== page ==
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Domain Squatting Disputes: How WHOIS Lookup Tools Can Help

Reverse domain name hijacking (RDNH) can be considered a severe threat to any honest-to-goodness small business or your average website owner. It refers to the practice wherein trademark owners attempt to cease a long-time domain’s operation by filing a Uniform Domain-Name Dispute-Resolution Policy (UDRP) dispute to the Internet Corporation for Assigned Names and Numbers (ICANN). In some cases, these domains already existed even before someone else filed a trademark for them.

Unfortunately, RDNH claims aren’t necessarily valid or filed with reason. Gray areas concerning trademarks, common law rights, and rightful domain ownership are constant in most resolutions. However, WHOIS lookup tools can help respondents up their chances of retaining their domains.

The SteveJobs[.]com Case

In December 2019, The Steve Jobs Archive, LLC, a trust run by Steve Jobs’s widow, Laurene Powell Jobs, won the right to own the domain name SteveJobs[.]com. It was previously owned by a South Korean national who goes by the name Steve Jobs Kim for nearly two decades. He used the domain to offer consulting services and publish technology-related news.

The National Arbitration Forum (NAF) panel concluded that the name “Steve Jobs” obtained common law trademark protection before the domain was registered. The name, after all, has become synonymous with Apple, Inc. and its commercial activities. NAF also stated in its decision that the respondent might be misleading website visitors into thinking that it represents Steve Jobs and Apple to some degree.

Among the experts who went up in arms about the decision was domain and intellectual property rights lawyer Paul Keating. In a post, he argued that the respondent never used the domain in bad faith and has owned it for years. He also stressed that Steve Jobs never used his name to represent any Apple goods and services or never treated his name as a brand during his lifetime.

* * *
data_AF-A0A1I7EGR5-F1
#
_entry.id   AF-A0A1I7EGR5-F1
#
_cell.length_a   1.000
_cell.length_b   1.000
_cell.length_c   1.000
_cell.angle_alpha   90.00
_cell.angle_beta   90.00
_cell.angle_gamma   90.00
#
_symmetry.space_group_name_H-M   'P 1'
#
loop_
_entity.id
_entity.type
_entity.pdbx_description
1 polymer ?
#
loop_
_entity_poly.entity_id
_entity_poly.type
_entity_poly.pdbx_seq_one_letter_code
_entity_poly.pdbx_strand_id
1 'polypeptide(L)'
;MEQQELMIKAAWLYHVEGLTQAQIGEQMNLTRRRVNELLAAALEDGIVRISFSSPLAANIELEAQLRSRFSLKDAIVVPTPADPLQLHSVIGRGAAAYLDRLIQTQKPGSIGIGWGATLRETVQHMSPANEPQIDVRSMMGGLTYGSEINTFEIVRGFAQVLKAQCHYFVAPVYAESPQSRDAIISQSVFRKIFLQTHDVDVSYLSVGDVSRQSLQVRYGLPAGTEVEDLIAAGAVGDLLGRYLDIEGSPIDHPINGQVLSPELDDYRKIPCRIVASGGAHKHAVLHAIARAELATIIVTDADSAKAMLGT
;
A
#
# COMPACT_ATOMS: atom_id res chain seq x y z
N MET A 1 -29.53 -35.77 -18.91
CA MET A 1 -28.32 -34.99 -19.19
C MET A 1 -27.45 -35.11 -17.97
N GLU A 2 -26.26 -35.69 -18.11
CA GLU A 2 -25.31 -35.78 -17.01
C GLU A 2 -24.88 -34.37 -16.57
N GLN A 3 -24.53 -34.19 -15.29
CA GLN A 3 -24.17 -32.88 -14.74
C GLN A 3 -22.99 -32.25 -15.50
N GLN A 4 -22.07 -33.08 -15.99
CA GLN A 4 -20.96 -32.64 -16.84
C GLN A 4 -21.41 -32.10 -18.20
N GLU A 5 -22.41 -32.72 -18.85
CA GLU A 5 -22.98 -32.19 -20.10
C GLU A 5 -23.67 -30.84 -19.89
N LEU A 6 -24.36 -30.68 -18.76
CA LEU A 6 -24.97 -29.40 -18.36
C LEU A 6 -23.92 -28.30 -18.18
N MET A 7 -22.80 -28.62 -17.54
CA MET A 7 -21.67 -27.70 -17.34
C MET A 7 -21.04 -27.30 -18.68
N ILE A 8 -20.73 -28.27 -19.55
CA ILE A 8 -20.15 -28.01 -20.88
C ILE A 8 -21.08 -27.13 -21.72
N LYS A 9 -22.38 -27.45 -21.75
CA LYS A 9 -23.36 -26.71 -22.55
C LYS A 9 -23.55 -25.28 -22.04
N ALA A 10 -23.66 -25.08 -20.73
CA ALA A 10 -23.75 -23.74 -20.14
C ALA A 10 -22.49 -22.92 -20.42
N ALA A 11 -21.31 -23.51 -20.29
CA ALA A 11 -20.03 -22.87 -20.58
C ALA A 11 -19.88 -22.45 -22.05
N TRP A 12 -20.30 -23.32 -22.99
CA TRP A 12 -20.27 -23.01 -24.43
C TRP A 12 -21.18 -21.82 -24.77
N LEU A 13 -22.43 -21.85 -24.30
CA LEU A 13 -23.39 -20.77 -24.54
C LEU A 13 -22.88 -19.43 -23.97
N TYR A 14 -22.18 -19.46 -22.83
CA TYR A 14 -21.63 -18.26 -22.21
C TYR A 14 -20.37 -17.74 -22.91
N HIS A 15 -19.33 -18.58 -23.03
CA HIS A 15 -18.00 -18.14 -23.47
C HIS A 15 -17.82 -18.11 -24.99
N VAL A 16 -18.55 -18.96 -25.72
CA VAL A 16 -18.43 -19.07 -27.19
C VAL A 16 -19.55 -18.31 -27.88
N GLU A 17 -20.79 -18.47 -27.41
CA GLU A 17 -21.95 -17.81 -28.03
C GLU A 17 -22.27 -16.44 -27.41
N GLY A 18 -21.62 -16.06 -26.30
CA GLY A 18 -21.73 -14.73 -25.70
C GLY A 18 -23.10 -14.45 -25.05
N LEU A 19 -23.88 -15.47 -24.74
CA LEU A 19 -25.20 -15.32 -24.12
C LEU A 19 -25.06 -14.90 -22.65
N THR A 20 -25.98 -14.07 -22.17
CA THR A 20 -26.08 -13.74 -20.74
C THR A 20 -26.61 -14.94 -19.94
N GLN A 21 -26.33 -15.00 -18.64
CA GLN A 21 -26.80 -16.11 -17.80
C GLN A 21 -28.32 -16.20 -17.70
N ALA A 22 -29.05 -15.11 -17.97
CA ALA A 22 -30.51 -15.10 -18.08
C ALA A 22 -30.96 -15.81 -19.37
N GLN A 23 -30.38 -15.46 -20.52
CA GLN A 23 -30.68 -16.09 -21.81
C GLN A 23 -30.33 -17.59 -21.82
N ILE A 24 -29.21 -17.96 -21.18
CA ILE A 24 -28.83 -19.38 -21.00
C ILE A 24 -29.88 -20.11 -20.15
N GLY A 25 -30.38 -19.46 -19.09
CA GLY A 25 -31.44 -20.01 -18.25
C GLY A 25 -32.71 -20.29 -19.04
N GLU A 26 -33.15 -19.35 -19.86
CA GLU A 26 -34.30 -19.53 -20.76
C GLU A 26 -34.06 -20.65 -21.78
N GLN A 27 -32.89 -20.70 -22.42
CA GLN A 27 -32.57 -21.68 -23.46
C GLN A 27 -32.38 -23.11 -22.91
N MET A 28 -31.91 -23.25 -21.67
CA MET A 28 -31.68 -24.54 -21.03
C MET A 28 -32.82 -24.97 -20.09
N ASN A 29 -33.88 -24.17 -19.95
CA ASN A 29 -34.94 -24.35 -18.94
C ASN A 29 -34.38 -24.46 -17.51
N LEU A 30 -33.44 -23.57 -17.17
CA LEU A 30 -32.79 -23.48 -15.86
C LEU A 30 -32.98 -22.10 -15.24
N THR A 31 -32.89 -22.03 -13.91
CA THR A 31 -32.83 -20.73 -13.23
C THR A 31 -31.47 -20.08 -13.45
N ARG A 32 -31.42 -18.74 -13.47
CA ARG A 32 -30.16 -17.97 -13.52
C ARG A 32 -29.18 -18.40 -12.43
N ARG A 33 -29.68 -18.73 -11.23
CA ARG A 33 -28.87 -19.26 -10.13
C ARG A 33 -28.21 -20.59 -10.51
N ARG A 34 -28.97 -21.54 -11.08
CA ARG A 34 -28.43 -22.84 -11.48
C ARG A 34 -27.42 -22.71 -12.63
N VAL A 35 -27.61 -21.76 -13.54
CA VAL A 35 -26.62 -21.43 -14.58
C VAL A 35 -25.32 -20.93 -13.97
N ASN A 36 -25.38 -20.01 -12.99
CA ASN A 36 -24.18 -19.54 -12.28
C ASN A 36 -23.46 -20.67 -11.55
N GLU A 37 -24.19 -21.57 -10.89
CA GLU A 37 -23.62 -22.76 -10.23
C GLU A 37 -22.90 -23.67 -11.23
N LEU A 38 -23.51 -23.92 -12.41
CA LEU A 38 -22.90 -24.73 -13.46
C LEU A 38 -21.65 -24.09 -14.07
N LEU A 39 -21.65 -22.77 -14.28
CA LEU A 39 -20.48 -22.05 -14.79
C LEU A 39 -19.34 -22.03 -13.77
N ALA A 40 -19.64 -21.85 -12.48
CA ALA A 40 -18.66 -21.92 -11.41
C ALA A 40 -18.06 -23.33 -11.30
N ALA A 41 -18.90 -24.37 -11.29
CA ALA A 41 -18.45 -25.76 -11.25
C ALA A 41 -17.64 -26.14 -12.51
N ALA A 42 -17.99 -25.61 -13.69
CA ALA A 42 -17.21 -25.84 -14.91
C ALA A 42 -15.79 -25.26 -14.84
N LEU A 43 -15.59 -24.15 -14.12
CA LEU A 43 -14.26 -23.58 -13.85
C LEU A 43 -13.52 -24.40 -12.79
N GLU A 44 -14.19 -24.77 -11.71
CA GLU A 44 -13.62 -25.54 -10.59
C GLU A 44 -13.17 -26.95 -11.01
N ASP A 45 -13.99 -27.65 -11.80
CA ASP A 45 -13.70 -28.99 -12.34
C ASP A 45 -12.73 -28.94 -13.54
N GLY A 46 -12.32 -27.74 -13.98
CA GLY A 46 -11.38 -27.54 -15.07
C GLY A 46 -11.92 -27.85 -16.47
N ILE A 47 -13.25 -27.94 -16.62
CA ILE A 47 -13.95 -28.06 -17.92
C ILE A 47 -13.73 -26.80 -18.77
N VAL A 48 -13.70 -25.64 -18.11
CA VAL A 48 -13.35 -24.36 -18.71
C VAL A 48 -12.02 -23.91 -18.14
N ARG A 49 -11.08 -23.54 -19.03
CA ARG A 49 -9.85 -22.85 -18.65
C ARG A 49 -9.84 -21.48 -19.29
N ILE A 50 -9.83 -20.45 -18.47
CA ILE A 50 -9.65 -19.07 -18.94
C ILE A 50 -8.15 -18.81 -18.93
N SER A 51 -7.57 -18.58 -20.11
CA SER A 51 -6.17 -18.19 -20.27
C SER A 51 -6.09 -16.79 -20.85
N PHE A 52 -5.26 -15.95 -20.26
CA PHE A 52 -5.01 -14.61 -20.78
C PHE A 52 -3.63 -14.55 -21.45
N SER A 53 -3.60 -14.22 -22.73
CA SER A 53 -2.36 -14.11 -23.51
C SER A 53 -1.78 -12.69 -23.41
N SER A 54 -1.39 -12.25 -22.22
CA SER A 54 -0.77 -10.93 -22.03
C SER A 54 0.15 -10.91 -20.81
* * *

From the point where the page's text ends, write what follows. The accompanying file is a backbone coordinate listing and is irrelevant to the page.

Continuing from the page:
RDNH cases are known for being extremely tricky. In many instances, exceptions to UDRP and World Intellectual Property Organization (WIPO) restrictions are made to resolve disputes. As such, decisions are often subjective and possibly at the expense of the “little guy.” But are respondents utterly helpless in such a case?

How a WHOIS Lookup Tool Can Help

WHOIS lookup tools provide a means for cyber investigators and rightful domain owners to uncover ill motives from claimants and protect themselves from RDNH. Such tools allow them to look up available WHOIS records to reveal information associated with a domain. Below are some other uses of WHOIS lookup tools:

  1. Conducting background checks on domain owners: A WHOIS lookup tool can be used to run background checks on claimants in the event of disputes. It reveals an owner’s company and contact details that can be used to build a profile and prove the use of the domain in bad faith, for example.